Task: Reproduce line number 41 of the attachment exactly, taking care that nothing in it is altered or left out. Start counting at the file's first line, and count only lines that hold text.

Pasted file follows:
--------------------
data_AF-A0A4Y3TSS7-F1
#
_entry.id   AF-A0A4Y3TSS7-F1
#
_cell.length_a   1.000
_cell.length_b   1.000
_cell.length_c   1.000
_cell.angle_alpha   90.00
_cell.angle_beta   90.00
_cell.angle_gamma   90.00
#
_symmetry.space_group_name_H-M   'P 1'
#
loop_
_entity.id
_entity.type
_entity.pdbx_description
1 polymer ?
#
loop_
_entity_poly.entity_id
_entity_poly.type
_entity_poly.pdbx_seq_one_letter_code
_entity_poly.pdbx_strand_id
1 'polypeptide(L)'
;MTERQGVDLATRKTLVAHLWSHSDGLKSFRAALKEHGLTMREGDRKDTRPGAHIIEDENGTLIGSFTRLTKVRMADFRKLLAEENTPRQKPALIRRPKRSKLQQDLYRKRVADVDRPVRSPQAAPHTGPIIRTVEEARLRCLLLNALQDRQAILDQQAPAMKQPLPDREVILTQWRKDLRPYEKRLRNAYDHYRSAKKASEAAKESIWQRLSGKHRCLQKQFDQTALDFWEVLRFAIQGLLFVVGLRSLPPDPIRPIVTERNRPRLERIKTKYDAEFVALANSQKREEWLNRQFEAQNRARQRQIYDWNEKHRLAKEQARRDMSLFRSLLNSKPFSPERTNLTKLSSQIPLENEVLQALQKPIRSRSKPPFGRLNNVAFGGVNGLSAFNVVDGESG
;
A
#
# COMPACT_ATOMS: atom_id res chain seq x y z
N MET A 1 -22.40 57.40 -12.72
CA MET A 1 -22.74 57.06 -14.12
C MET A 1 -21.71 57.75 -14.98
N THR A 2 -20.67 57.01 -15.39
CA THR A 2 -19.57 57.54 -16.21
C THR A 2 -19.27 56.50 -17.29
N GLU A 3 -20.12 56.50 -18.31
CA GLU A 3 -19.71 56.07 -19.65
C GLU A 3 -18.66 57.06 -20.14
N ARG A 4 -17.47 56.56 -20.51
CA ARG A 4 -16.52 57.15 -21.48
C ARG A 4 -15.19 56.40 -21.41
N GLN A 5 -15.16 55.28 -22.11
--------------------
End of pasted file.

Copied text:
CA ARG A 4 -16.52 57.15 -21.48